Bernie Madoff: The Brain Behind US$65 Billion Ponzi Scheme

Representative Image. © Richelle538 |

American investor Bernie Madoff, the mastermind behind one of the biggest financial frauds in world history, has passed away at the age of 82.

Madoff breathed his last at the Federal Medical Centre, in Butner, North Carolina. Reports suggest that Madoff, who was expected to turn 83 on 29 April 2021, died of natural causes in the prison.

What got him in?

Madoff’s fall from grace began during the depths of the 2008 global financial crisis, which sent shockwaves across the financial markets. However, by then, he had perpetrated a fraud of US$65 billion on thousands of gullible customers across the globe.

He was arrested on 11 December 2008 for conning about 40,000 people in 125 countries. While the investigators maintain that the fraud started in 1970, Madoff, while pleading guilty in 2009, had stated that the fraud started in 1990.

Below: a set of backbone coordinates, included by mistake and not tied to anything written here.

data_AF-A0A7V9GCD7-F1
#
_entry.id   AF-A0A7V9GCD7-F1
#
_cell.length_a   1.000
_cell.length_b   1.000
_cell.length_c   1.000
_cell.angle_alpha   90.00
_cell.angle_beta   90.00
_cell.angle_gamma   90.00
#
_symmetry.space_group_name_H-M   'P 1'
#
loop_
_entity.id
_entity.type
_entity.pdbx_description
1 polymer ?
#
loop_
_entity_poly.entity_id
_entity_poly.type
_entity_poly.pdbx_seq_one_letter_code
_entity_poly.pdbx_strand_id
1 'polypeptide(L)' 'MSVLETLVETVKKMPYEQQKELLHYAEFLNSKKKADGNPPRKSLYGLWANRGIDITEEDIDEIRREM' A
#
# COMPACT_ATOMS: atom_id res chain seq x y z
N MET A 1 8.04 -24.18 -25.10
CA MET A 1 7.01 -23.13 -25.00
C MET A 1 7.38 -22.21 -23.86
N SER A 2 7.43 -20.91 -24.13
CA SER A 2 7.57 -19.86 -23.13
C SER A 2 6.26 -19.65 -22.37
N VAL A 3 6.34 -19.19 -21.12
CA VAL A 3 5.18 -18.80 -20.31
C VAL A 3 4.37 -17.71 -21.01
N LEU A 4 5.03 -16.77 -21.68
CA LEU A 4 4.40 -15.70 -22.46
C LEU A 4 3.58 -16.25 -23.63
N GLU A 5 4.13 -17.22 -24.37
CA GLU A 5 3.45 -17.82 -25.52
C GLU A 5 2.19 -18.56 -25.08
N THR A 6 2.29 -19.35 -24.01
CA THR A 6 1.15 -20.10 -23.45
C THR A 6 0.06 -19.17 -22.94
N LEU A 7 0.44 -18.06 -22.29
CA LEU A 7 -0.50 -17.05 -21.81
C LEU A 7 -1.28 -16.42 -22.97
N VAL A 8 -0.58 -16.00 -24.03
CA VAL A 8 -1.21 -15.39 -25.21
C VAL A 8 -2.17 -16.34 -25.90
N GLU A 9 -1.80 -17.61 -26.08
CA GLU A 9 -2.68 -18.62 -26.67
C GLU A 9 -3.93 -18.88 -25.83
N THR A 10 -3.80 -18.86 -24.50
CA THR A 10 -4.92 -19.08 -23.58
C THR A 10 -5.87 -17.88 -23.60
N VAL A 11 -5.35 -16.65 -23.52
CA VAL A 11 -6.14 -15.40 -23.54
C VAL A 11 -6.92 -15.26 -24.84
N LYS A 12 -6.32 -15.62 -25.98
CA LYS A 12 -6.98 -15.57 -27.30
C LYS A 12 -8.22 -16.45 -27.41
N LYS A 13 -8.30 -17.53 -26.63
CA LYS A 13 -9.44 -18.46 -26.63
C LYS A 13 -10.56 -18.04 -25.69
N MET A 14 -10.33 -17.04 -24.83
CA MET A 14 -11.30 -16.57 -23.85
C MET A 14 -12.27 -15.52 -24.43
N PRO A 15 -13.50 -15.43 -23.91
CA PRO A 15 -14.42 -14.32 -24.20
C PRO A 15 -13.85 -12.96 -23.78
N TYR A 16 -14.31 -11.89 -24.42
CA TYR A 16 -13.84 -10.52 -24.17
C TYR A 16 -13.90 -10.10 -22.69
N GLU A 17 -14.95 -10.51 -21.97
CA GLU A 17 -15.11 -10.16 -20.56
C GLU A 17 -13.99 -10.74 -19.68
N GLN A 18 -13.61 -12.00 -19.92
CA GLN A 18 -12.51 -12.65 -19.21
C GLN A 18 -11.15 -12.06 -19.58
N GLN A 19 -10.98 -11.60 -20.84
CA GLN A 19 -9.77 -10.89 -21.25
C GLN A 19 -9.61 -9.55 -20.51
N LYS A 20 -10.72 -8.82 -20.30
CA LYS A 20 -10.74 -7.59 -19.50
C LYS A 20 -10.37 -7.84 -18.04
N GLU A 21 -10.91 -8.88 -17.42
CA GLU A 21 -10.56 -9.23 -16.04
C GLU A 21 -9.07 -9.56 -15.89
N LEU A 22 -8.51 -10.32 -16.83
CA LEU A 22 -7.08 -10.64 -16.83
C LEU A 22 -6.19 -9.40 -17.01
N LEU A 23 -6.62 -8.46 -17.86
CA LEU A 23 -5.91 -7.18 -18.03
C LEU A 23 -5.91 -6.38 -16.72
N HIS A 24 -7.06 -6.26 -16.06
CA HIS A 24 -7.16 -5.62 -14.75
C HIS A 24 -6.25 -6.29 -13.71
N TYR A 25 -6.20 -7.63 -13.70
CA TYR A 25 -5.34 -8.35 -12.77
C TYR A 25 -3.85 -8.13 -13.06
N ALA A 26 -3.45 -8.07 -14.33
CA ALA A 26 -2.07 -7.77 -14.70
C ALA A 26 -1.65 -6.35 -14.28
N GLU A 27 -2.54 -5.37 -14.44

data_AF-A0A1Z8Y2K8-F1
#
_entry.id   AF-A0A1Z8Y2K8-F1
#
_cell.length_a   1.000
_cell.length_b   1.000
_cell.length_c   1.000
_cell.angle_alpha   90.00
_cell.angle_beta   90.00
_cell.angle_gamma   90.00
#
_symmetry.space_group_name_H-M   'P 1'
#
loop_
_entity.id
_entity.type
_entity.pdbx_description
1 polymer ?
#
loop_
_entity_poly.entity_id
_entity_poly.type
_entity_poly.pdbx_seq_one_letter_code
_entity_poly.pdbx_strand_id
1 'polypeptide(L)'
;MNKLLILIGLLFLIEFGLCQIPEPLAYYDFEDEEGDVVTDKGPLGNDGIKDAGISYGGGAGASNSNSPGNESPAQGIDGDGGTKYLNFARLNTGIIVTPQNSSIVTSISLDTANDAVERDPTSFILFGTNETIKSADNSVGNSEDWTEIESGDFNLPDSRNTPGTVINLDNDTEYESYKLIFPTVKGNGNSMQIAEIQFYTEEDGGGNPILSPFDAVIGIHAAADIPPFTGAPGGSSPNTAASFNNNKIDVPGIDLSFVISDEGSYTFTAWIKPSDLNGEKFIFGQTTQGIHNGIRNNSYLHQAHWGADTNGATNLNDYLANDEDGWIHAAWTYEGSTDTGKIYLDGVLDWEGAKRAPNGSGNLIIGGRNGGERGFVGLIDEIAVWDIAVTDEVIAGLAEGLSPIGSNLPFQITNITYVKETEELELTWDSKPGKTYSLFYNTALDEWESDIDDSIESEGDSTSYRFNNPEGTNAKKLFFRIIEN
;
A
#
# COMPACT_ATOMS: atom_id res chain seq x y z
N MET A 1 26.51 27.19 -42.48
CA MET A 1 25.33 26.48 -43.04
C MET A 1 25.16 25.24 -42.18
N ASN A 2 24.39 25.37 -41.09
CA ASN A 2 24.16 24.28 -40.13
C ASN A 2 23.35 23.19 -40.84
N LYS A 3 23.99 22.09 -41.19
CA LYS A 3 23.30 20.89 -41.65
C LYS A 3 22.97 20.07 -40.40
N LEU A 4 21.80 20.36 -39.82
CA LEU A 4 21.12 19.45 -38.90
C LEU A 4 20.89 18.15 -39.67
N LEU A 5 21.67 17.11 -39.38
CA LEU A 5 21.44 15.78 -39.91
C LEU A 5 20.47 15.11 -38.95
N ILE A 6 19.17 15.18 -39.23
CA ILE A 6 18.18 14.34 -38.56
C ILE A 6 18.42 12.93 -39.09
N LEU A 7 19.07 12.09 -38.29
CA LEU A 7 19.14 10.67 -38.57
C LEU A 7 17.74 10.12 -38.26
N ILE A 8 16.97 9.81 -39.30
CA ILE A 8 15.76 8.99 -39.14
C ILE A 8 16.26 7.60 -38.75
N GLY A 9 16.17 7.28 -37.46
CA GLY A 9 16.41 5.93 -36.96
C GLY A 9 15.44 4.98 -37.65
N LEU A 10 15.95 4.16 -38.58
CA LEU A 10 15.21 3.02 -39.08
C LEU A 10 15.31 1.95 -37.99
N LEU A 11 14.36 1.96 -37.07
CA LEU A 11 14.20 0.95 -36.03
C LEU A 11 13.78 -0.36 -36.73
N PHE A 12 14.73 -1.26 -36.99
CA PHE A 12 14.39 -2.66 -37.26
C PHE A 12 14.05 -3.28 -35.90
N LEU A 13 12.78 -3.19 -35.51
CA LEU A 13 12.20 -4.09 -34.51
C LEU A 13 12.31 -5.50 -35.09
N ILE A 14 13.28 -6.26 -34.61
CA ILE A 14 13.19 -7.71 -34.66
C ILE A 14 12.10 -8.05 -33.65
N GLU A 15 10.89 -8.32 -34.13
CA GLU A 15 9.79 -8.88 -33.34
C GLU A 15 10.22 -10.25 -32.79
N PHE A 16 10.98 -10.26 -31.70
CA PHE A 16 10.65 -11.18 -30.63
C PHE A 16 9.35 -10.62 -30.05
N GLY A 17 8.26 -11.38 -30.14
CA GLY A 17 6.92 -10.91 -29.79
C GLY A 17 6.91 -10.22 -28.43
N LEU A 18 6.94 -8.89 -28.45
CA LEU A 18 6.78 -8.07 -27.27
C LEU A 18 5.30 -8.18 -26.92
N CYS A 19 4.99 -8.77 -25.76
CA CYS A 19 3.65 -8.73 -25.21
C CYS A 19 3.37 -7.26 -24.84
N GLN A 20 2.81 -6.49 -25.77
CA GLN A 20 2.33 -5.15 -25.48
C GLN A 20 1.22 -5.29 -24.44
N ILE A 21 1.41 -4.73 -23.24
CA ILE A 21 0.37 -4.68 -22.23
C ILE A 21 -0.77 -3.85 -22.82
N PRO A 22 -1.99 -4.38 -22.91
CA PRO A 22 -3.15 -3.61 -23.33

The victims of his financial fraud included who’s who of the world – director Steven Spielberg and actor Kevin Bacon are just part of the large list.

Also read: Kalkine’s definition on Due Diligence

The investigators said that instead of using split-strike conversion strategy as he claimed, Madoff deposited investors’ funds in a bank account. He would then pay off new customers with funds obtained from earlier customers — a classic ponzi scheme. To cover up his act, he used to provide the clients of Bernard L. Madoff Investment Securities, with falsified account statements. Investigators believed that his so-called returns were pure fiction.

However, he couldn’t continue with his ponzi scheme in 2008, when markets crashed on the back of the sub-prime cases. His firm, like many others on Wall Street, witnessed huge redemption pressure. But being a ponzi schemer, he could not service those redemptions. He confided in his sons – Mark Madoff and Andrew Madoff – who turned him in.

The court charged him with 150 years in prison. With this, curtains came down on one of the most celebrated asset managers on Wall Street, a man who had carefully curated his image. What is more, he was also the Chairman of NASDAQ in 1990.

In 2020, he sought a release on compassionate grounds due to his kidney illness, only for courts to turn it down four months later.

Over the years, the court has ordered US$14 billion of an about US$17.5 billion that investors parked into his business. At the time when he was busted, his falsified accounts claimed that these investments were valued at US$65 billion.

Interesting watch: What is a Ponzi Scheme?

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